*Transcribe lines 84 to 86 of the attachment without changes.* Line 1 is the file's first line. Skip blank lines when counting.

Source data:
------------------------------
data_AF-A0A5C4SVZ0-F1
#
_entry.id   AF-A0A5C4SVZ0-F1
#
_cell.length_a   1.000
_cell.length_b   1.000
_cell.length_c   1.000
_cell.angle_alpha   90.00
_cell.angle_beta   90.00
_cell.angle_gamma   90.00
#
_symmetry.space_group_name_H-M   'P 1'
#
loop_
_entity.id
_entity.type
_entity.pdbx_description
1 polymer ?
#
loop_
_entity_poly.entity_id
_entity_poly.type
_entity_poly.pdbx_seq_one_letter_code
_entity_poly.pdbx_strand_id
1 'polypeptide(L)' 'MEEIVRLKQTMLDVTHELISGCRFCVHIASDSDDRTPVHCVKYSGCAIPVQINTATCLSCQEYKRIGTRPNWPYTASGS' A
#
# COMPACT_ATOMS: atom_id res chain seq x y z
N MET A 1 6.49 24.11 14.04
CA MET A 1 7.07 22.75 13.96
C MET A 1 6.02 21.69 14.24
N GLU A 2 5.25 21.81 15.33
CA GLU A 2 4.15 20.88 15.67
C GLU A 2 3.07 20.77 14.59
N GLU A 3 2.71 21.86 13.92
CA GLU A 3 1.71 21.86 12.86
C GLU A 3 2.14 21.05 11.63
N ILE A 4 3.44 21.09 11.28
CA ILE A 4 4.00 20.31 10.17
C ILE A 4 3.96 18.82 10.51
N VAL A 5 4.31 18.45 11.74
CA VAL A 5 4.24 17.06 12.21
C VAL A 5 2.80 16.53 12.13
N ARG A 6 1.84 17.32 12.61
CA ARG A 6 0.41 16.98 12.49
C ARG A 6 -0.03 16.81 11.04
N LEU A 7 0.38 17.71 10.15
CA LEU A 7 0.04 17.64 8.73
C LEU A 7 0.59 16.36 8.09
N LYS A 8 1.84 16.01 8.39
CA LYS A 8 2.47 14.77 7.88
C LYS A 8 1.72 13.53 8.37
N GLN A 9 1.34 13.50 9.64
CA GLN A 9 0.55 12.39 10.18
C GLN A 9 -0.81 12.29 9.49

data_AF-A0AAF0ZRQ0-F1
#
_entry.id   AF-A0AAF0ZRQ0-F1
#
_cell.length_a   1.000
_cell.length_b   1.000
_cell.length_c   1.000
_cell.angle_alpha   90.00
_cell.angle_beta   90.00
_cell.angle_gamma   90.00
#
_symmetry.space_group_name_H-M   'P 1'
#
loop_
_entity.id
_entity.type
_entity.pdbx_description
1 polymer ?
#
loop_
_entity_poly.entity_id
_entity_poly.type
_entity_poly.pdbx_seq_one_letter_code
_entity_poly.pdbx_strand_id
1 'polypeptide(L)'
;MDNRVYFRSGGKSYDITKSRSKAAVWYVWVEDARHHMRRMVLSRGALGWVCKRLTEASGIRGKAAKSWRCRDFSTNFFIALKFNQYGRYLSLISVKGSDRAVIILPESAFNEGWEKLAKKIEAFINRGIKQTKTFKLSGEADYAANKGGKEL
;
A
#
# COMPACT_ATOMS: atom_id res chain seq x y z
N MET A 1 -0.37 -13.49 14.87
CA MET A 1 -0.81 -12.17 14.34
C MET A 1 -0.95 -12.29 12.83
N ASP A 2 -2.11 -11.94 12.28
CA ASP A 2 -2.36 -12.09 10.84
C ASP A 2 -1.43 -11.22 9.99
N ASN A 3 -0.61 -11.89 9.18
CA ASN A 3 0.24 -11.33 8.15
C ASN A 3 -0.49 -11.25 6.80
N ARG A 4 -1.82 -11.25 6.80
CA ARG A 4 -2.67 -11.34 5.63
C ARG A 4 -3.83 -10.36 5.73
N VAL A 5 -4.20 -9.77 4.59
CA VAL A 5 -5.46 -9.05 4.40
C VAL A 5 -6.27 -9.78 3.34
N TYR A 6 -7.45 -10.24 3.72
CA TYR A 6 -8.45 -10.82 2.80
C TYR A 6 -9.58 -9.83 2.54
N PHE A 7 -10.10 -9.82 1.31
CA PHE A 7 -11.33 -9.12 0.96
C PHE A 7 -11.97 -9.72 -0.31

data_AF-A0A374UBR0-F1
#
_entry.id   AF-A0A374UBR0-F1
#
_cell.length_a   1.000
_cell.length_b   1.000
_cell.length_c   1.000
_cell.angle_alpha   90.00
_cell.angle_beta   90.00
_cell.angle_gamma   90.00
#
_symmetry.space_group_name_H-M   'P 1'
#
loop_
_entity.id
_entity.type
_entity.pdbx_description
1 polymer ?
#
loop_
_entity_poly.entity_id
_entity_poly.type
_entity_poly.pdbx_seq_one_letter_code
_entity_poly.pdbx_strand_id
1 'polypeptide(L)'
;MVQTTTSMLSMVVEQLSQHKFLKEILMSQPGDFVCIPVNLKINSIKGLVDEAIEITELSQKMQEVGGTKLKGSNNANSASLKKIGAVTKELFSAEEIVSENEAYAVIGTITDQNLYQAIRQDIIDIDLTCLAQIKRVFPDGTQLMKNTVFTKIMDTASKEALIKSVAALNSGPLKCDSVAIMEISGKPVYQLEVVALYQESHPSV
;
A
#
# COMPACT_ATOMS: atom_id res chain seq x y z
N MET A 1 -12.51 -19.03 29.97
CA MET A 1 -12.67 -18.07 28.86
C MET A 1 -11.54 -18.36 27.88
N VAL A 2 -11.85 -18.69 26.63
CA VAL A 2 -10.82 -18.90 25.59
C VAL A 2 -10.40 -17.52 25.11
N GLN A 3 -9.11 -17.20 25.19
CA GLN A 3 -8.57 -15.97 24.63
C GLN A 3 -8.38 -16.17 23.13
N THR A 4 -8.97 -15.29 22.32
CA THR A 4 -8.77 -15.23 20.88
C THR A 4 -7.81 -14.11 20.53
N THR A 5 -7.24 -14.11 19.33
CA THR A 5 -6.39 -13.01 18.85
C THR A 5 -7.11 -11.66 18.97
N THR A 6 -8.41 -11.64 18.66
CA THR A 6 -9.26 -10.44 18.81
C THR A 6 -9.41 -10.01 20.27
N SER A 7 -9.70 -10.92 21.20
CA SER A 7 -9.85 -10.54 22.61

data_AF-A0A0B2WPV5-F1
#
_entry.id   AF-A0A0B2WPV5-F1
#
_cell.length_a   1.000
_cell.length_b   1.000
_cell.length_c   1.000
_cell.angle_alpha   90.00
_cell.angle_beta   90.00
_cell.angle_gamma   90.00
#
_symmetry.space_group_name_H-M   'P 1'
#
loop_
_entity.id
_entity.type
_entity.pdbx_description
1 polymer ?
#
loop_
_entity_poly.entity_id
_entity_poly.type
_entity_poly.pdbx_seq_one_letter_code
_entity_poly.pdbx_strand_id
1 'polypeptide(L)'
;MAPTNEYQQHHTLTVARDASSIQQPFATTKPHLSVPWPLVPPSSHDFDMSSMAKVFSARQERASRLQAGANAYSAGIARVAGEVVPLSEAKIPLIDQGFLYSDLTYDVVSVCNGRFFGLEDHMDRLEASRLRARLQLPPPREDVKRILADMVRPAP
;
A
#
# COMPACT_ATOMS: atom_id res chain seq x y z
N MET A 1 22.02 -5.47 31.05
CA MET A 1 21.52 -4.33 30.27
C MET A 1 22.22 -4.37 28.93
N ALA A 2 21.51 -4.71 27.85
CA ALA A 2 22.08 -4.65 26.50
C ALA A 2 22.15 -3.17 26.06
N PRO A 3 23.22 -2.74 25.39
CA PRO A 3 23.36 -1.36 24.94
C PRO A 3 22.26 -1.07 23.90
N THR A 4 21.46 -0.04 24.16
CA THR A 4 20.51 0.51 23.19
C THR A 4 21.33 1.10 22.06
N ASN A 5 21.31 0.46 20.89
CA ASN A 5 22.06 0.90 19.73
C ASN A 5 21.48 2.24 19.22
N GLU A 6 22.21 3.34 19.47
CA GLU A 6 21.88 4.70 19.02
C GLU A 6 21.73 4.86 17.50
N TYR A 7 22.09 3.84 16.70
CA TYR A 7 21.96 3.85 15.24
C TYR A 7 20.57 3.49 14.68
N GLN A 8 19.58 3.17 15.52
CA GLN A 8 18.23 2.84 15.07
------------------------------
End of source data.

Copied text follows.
# COMPACT_ATOMS: atom_id res chain seq x y z
N MET A 1 -0.37 -13.49 14.87
CA MET A 1 -0.81 -12.17 14.34